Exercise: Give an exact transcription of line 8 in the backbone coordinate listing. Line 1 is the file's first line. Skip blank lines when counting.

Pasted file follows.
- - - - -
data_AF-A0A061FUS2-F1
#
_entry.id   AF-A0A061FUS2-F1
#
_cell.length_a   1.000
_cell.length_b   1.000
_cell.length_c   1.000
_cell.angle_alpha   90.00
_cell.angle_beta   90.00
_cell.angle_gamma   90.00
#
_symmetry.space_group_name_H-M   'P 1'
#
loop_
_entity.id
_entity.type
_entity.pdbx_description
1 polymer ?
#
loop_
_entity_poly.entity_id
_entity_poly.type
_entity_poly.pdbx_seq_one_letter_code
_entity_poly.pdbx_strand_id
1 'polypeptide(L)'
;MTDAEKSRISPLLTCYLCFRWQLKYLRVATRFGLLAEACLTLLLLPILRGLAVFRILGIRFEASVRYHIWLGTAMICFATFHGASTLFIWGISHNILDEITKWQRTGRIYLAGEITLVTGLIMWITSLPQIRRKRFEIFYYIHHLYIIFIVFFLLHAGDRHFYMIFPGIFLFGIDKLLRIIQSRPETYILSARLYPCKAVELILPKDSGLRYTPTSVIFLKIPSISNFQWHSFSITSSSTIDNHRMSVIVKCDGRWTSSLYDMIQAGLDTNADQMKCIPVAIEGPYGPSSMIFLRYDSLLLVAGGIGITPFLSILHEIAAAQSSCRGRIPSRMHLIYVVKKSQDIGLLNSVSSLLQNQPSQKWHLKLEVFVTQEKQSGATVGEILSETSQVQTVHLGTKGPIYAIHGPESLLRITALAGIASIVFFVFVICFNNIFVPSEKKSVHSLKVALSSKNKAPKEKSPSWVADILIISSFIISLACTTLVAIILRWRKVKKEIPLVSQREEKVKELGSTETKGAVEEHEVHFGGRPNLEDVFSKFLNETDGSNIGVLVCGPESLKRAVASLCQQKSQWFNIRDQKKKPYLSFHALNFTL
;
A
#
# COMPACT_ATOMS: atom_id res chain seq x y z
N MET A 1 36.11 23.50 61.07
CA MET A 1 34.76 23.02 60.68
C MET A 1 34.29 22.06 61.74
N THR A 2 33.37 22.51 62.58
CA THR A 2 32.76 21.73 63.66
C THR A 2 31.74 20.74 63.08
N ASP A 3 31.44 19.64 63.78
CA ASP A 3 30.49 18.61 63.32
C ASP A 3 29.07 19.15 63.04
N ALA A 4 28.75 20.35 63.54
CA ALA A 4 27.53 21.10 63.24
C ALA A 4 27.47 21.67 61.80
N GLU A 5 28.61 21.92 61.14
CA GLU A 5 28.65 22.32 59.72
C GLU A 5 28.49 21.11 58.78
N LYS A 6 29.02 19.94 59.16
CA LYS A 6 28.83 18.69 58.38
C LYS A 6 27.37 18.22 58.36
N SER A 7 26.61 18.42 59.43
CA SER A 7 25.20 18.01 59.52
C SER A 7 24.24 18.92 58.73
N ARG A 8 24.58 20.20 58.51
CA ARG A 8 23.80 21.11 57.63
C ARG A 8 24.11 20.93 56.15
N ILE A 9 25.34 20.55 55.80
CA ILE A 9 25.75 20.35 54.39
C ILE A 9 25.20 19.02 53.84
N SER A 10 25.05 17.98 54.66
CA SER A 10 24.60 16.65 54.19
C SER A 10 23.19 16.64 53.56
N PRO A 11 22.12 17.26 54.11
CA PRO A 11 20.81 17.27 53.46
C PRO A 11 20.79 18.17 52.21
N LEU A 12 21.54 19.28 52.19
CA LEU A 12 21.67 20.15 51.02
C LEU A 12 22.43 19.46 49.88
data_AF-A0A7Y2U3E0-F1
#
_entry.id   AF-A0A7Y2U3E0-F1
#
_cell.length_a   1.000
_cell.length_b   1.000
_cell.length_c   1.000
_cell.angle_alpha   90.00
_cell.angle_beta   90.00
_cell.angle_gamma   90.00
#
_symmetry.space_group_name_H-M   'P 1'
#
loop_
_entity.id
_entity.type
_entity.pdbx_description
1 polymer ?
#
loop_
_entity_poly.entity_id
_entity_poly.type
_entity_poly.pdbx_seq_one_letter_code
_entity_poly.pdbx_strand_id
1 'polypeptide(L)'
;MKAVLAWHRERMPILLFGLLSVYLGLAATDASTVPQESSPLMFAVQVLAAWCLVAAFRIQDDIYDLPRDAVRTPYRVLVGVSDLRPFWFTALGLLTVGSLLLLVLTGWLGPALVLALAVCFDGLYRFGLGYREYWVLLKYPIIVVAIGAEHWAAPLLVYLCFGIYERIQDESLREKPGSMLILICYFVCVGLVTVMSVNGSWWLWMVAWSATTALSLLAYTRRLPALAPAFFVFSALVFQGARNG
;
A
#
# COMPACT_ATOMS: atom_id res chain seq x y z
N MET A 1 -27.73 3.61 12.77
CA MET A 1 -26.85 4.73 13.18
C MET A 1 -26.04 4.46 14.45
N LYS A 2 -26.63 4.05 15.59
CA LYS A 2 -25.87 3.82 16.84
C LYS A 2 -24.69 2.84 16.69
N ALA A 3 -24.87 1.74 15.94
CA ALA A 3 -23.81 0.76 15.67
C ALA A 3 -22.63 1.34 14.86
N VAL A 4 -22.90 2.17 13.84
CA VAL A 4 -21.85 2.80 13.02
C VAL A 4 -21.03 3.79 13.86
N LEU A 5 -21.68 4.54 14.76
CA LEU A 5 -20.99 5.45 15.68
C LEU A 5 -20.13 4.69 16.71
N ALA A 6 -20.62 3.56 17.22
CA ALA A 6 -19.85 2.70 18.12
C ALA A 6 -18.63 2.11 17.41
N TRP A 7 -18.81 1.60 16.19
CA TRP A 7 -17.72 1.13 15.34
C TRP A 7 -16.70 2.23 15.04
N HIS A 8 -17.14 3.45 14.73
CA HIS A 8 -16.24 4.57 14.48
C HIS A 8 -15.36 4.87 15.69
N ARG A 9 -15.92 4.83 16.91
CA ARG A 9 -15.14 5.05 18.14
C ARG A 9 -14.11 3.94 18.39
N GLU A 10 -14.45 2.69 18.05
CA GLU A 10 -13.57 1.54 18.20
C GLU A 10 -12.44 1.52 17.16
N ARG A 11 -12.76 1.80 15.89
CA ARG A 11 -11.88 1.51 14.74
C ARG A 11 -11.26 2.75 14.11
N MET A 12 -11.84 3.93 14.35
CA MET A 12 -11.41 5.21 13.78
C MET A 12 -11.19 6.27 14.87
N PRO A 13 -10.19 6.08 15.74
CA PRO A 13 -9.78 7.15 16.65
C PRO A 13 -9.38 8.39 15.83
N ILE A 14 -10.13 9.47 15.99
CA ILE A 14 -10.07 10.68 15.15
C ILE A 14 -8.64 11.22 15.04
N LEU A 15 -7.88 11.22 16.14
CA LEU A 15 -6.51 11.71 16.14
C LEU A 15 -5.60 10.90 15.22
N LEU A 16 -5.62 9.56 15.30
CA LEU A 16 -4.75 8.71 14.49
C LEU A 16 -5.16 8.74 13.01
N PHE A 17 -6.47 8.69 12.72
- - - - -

_cell.angle_alpha   90.00